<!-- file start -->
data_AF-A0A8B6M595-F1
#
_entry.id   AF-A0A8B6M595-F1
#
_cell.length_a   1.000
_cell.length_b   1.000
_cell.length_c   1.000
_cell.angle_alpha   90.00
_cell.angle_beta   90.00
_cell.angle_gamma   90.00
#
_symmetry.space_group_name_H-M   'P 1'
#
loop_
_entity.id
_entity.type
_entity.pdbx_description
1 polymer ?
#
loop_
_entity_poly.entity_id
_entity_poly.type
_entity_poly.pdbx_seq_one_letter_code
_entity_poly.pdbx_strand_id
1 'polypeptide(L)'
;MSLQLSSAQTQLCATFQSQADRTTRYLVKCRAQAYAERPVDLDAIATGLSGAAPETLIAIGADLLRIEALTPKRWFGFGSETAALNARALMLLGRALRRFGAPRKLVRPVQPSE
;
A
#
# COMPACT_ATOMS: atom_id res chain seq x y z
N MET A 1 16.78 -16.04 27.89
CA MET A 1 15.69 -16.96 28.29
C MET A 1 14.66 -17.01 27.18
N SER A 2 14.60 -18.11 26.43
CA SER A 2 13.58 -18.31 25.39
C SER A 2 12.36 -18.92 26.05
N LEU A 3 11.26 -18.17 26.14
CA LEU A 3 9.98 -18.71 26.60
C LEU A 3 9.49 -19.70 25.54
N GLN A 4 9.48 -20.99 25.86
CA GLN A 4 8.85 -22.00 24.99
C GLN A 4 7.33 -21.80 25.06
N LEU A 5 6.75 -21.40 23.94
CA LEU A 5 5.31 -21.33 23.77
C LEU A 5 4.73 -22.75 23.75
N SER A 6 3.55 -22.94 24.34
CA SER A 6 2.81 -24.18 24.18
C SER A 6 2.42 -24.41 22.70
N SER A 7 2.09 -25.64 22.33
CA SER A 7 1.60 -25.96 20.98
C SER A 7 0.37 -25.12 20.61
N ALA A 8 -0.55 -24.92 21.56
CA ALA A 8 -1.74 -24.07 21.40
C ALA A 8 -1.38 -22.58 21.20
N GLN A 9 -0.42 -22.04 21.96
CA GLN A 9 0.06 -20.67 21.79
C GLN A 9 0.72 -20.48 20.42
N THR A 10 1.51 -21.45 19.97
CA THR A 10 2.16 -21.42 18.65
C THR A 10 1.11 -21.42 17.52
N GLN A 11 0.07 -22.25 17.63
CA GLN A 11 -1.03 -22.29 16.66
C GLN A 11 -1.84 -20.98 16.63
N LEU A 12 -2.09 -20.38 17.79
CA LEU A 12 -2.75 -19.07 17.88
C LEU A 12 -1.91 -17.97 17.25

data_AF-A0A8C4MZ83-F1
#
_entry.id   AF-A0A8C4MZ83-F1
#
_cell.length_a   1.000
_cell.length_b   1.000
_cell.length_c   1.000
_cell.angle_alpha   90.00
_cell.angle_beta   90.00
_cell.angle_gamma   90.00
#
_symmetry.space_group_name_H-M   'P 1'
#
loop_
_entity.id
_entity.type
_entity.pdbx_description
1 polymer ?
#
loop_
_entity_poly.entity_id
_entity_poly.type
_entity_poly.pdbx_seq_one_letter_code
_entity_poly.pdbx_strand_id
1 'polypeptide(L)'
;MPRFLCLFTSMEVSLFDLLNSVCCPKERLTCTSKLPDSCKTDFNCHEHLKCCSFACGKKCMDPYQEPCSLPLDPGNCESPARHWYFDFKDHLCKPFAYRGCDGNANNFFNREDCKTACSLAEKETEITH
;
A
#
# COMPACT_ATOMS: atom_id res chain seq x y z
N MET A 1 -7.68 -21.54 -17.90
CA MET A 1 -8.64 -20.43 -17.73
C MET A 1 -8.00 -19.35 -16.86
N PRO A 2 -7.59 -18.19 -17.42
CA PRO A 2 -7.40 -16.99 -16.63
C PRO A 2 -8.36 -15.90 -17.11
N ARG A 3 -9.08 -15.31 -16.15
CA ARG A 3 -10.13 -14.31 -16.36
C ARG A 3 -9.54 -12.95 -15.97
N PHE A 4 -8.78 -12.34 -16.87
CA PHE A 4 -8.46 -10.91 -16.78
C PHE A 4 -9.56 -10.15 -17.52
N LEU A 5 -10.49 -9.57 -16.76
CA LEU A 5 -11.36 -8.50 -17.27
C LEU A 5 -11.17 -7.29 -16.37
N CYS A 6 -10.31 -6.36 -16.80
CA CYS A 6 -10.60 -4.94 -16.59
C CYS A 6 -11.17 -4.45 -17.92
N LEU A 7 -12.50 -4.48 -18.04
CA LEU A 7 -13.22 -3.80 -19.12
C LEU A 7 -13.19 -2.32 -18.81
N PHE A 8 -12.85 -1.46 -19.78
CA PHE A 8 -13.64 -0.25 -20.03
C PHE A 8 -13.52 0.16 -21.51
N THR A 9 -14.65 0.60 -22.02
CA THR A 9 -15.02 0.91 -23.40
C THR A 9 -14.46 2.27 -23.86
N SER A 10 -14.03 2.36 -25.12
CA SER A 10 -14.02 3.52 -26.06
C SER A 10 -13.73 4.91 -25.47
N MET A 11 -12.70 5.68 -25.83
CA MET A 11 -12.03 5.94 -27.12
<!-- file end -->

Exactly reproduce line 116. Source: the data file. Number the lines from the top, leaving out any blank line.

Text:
CA LEU A 7 -13.22 -3.80 -19.12